The Euro, as a single currency, should be abolished
Another black and white motion statement leaving me no option but to choose No. While I agree to the first part I am not prepared to contemplate the idea that the Euro should get abolished. Abolished? Then what? All 17 countries now sharing the single currency would revert back to their old monies? Or a new version of yesteryear's currencies?
Simplistic as I made it out to be packed in a few odd questions, every single serious economic, financial and social consequence is inextricably wrapped up within each. That is where the stakes are high enough to ensure that the Euro is given a new lease on life. It calls for closer European integration. What form and shape this will take is for policymakers and far-sighted politicians to grasp and propose.
It would seem to me that the Euro has many underlying strengths but will not - contrary to the founder's beliefs - assure convergence between all the economies it services. How could it? The divide has been felt acutely lately (1-2 years) the logical consequence of relevant economic under-performance among member-countries.
There has obviously got to be a political solution rooted in realistic economic fundamentals. The road traveled so far proved artificially smooth during the first 10 years I dare say but unsurprisingly very bumpy in the last 1-2. It could not have been otherwise given the structural differences setting these countries apart. And excessive spending pursued mostly by a few Southern European States who could not see beyond the present. Adherence to the Maastricht criteria never again seemed to be taken seriously once countries landed themselves inside the Euro club. Not to mention Greece that never fulfilled the criteria in the first place or ever bothered to balance its books.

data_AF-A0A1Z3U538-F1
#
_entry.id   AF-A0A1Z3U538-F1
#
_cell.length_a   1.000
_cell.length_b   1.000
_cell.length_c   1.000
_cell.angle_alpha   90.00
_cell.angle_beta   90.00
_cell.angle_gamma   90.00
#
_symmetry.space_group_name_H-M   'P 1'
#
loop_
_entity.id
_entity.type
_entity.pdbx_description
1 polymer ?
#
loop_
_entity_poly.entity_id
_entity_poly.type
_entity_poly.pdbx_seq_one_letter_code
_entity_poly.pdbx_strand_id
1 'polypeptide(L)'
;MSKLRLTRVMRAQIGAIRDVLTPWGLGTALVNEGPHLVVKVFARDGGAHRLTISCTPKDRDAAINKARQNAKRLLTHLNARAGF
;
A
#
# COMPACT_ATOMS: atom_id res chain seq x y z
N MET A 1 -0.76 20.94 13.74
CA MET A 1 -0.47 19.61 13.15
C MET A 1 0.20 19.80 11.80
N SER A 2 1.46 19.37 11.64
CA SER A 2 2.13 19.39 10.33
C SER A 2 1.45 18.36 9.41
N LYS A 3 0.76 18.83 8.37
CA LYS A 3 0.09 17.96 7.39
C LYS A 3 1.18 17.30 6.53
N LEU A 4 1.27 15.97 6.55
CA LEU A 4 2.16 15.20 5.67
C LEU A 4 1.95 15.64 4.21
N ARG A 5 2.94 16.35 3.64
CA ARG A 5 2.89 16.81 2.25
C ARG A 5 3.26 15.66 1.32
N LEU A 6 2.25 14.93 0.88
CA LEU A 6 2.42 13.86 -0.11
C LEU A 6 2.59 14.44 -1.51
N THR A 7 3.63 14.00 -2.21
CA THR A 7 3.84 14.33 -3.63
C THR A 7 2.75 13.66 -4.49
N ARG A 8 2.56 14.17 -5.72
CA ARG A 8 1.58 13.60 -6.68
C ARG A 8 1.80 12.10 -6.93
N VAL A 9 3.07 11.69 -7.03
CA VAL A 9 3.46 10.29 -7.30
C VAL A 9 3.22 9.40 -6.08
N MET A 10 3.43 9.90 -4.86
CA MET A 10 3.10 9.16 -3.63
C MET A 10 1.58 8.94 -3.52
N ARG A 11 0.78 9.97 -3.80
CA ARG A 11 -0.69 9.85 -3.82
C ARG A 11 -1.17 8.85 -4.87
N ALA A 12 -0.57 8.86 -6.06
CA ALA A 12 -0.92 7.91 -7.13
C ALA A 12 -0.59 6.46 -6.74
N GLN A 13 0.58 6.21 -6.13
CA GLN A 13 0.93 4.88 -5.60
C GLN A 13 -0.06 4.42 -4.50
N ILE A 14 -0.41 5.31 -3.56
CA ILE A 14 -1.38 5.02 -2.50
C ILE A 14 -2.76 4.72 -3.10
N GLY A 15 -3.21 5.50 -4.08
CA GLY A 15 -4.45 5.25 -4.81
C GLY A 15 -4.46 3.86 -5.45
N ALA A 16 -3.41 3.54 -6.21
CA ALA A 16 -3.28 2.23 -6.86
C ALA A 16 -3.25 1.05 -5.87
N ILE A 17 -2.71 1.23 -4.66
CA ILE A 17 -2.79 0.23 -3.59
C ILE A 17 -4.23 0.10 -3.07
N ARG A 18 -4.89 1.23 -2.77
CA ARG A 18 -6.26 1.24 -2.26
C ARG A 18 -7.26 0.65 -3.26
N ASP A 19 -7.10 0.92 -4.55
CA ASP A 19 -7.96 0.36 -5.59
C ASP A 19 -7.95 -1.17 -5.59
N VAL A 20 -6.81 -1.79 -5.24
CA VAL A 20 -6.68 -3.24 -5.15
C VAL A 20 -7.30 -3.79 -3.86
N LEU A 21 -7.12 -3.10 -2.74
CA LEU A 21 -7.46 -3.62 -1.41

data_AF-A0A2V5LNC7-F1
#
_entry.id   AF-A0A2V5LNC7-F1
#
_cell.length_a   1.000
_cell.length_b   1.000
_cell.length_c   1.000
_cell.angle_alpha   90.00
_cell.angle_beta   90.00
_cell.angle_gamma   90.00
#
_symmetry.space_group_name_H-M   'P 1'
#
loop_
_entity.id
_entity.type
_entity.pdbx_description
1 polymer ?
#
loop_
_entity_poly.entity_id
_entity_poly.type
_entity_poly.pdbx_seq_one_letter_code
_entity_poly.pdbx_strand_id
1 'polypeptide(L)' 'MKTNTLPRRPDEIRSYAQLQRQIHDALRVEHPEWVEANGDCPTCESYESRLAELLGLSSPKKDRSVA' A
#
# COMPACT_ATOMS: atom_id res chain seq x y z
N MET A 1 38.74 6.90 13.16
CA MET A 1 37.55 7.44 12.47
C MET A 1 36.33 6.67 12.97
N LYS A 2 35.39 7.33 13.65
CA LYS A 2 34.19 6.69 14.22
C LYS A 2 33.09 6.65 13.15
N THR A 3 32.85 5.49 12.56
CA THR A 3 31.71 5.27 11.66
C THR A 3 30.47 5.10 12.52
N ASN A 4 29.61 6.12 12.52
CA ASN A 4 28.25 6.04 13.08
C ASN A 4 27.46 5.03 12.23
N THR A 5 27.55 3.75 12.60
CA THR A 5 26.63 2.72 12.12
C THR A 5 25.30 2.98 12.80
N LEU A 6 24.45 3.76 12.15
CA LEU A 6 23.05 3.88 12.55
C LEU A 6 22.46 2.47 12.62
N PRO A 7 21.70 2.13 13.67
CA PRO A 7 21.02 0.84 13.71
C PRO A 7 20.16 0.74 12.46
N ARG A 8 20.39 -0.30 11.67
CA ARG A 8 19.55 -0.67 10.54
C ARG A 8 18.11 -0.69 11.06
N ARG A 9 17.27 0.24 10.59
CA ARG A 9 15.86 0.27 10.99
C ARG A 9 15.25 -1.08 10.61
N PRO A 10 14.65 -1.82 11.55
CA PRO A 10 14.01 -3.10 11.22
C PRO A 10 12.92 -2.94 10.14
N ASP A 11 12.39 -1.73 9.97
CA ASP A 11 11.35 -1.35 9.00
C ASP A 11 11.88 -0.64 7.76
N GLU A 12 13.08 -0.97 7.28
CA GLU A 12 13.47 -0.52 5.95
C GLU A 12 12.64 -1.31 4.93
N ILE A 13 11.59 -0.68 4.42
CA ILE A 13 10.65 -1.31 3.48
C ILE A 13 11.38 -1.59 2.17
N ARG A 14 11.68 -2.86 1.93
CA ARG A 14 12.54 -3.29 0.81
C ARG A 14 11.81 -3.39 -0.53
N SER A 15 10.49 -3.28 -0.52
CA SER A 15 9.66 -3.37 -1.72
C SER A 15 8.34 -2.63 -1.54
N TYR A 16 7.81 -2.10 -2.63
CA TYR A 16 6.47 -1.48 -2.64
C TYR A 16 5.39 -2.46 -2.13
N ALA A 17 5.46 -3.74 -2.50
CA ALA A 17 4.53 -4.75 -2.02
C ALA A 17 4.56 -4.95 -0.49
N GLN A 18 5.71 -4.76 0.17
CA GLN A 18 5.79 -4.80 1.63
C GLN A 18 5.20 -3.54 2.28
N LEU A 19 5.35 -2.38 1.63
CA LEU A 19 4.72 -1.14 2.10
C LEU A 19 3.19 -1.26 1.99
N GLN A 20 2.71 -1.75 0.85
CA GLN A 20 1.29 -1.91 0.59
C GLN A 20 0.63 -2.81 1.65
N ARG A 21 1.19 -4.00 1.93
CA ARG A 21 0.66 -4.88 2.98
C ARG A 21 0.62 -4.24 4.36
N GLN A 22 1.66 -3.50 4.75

Very disappointing to admit but the Euro Zone is indeed right in the middle of a storm testing its main crews to the limit. The latest summit decisions seem to indicate that where there is a will there is a way. It may have just been one first small step in the right direction.
The specifics are very hard to work on. Yet it would seem to me that the 17-member Euro Zone and the larger EU can hardly afford shooting down the Euro. The broader picture needs to come into full view. An hypothetical demise of the single currency would deal another severe blow to Europe's economic fortunes. Its relative decline vis-a-vis the rest of the world would get a further boost.
I do not like misplaced calls for solidarity from Southerners but would rather see the stronger half of the dividing line realize where their medium-to-long interest lies. To that end many balances across the Euro Zone need to be restored at the earliest.
Europe agrees a "shock and awe" bailout for Greece
A rescue package of epic proportions, epic challenges for the Greek government and people, epic uncertainties and epic stakes for the single-currency.
It was the Euro's defence that ultimately forced politicians from Germany to Malta to perform a hard balancing act whose overall success is far from assured.Each finance minister has enough reasons to fret and grumble about.It being the Euro as a common currency, because of Greece despite Greece. Up to now every 'least damaging' approach failed miserably to cool down the financial markets that remained as unimpressed as ever throughout. For its part Greece is effectively the main winner in this high-finance gamble.The country bought time the markets were not willing to give it once confidence vanished.Precious time desperately needed to restore credibility and good governance at home. A daunting internal fix with daunting external implications. Three full years is what the government and Greek society top-down and bottom-up now have to set the record straight in so many ways. Literally and figuratively.
For the other 15 Eurozone countries - each facing own troubles to varying degrees - keeping fingers crossed would be mild to describe the monitoring of Greece's performance over the coming 36 months.Potentially they are all losers, starting out by losing simply to avoid bigger losses! There are so many relevant questions that might be asked to which full answers ought to be provided. They won't get asked or get answered. Tellingly, each and every single one of them would now seem rhetorical or at best an exercise for academia.
The spectre that haunts Europe
I am still hopeful that Greece will not require a bail-out in whatever form pinning my hopes on the PM's own words.
He did sound very bold and brave in the face of such overwhelming odds but until a deal is actually in place I would rather believe the Greeks can and will take care of themselves.
My stance is wholly based not on immediate needs triggered by the Western financial meltdown that led to the economic downturn.This in turn led to a collapse in tax revenues across countries caused by economies shrinking badly.